The thing you already don’t have enough of is time. I know it. Five of my kids have special needs. Time is already stretched thin. You have to be creative to carve out time with your other child (or children). Make the most of the time you have with them. Here are a few suggestions:

  • let them snuggle with you in your bed early in the morning
  • if just the two of you are in the car, swing by a drive-thru and pick up ice cream or a special treat and giggle about having ice cream for breakfast (or lunch or supper or late at night)
  • let that child stay up late one night a week or a month for some one-on-one time
  • have a special ritual like a secret handshake or line dance or signal
  • wake them up in the middle of the night to watch the stars or see the Northern Lights – I once woke my daughter up to see the beautiful Northern Lights and when we got outside, they were gone! We laughed and laughed and it’s such a special memory!
  • take the long way home just to finish singing the song
  • go for a walk with them
  • let them see that they are a priority by putting your phone down and making eye contact to ask about their day
  • say “yes” more often
  • eat supper as a family (if it’s at all possible)
  • have a dance party in the kitchen while you clean up
  • read to them (even to older kids) – It once took a year for us to get through a book because it didn’t happen often, but it was still worth the effort.

A Childhood

Of course their childhood will be altered and affected and may not look like what you imagined, but let them be kids. Give them breaks from the stress or chaos of home. If there is a grandparent or special friend that they can spend time with, facilitate them having regular breaks and being able to look forward to that time away without guilt.

While you may not be able to give them a childhood full of big events, trips, planned moments, complicated crafts, and cool birthday parties, you can give them small moments of special memories. Grab onto the opportunities that present themselves. Be silly. Be spontaneous. Dance in the rain. Let them stay up late once or twice a year for a special pyjama movie night. Sing in the car. Make up the songs. Invent a secret handshake.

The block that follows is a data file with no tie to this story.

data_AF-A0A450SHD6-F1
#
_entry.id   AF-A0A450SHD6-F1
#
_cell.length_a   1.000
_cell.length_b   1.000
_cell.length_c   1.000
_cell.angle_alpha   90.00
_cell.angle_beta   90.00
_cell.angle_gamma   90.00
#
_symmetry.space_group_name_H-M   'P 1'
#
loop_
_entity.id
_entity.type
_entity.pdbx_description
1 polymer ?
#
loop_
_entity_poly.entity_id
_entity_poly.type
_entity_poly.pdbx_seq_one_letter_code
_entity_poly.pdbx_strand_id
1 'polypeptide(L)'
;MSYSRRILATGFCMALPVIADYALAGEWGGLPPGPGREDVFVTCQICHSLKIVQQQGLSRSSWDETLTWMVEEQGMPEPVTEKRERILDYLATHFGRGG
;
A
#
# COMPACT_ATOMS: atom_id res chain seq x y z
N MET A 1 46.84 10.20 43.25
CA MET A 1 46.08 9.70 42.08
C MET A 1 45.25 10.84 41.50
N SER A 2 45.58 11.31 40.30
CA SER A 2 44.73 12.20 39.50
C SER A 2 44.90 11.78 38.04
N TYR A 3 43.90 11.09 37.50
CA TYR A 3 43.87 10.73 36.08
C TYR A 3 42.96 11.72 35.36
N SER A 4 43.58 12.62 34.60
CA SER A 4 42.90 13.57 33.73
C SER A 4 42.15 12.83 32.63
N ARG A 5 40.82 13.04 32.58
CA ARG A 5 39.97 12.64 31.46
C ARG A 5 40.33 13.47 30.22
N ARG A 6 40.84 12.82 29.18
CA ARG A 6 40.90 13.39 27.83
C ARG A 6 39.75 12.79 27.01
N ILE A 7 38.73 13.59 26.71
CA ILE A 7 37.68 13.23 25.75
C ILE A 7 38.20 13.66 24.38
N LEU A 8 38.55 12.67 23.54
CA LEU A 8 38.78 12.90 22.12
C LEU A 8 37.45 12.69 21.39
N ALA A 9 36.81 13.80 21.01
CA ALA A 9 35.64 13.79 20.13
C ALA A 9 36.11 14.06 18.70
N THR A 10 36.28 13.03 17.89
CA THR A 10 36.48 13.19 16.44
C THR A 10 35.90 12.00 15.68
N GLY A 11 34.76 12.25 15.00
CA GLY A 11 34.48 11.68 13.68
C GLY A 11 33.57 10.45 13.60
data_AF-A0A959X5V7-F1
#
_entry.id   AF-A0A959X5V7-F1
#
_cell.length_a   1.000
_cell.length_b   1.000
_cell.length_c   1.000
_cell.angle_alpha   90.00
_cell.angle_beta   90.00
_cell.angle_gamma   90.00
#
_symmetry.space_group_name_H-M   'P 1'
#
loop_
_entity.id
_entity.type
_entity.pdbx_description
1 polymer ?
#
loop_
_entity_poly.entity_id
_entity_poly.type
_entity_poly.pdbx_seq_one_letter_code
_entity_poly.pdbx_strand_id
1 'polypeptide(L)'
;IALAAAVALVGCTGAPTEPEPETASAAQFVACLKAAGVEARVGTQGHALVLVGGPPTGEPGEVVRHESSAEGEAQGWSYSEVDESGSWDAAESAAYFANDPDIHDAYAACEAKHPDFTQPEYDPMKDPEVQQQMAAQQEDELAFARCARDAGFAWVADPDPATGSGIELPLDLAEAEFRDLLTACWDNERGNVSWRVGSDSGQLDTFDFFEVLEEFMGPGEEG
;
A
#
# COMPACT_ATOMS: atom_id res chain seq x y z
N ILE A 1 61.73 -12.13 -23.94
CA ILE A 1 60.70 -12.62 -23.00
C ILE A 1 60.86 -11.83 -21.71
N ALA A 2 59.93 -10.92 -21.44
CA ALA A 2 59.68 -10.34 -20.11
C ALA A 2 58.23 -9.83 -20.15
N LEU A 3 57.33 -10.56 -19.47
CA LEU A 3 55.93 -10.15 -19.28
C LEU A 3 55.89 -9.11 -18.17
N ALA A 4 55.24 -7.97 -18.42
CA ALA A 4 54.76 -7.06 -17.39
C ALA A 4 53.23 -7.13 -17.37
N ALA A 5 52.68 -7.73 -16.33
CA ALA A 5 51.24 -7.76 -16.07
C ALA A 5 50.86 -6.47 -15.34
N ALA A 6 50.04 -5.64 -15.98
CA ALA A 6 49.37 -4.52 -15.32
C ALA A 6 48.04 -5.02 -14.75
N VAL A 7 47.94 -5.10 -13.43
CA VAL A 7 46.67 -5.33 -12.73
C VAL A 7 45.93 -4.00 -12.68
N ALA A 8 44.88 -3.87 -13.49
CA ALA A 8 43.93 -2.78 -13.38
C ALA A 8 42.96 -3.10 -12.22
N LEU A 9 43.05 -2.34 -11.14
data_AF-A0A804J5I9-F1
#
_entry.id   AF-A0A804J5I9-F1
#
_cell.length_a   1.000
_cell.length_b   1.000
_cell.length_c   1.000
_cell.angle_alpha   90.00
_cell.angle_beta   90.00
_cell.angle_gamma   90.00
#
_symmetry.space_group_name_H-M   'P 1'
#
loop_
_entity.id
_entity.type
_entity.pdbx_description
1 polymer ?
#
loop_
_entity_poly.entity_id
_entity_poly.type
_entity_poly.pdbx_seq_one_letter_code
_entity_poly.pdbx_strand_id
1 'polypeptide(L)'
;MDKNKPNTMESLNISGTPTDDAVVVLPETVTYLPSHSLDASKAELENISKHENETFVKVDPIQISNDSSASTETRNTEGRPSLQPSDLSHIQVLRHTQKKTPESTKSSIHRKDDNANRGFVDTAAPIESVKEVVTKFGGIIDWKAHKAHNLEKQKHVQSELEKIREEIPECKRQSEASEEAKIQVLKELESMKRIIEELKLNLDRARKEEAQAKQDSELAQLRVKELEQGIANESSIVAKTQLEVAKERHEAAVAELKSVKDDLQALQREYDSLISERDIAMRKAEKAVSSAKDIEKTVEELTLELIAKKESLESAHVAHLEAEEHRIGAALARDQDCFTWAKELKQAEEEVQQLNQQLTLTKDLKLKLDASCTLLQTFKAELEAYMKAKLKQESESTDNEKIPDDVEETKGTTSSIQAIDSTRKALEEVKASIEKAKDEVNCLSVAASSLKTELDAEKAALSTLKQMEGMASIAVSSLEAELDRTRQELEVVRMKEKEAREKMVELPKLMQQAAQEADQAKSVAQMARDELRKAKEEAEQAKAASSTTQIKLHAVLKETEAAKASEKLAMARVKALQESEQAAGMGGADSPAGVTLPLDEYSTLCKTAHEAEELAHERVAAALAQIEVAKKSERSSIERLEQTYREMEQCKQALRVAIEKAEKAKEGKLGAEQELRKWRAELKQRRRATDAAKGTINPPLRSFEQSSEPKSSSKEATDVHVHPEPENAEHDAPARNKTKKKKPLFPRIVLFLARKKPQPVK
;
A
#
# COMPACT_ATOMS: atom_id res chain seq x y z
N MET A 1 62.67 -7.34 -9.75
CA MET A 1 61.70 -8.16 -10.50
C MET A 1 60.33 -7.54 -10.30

Join me for a free 5 part email series, Little Hearts, Big Worries offering resources and hope for parents.

Space Sensory Activities

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Learning about outer space is fascinating for kids (and adults) of all ages. These space sensory activities are a great way to supplement a unit on the solar system or just to inspire individual discovery while engaging all the senses.These space sensory activities are a great way to supplement a unit on the solar system or just to inspire individual discovery while engaging all the senses.

Space Sensory Activities

Weighted Space Sensory Bottle from here on The Chaos and The Clutter

Glow-in-the-Dark Solar System Sensory Bin from here on The Chaos and The Clutter

Space Sensory Bin from Sugar, Spice and Glitter

Solar System Activities for Kids – Hands-on Planet Fun! from The Natural Homeschool

Galaxy Sensory Bag from Views from a Stepstool

Space Playdough Mats over at PreKinders

Space Themed Sensory Tray from Learning and Exploring Through Play

Phases of the Moon Playdough Tray at Living Montessori Now

Galaxy Calm Down Bottle from Preschool Inspirations

These space sensory activities are a great way to supplement a unit on the solar system or just to inspire individual discovery while engaging all the senses.

Outer Space Facts and Fun Activities! from The Natural Homeschool

Outer Space Playdough at I Can Teach My Child

Moon Sand Space Sensory Play Recipe from Little Bins for Little Hands

Outer Space Playdough Invitation from Fantastic Fun and Learning

Galaxy Slime from Two-Daloo

Outer Space Discover Bin from Craftulate

Space Theme Sensory Bin from Pre-K Pages (not pictured)

Our Space Explorer Adventure from The Natural Homeschool

This space light adds a fantastic sensory element to any room and would be perfect for a calm down area or sensory room.

For more hands-on sensory activity ideas, join me for a free 5 part email series Sensory Solutions and Activities and get your Sensory System Behaviours Easy Reference Cards.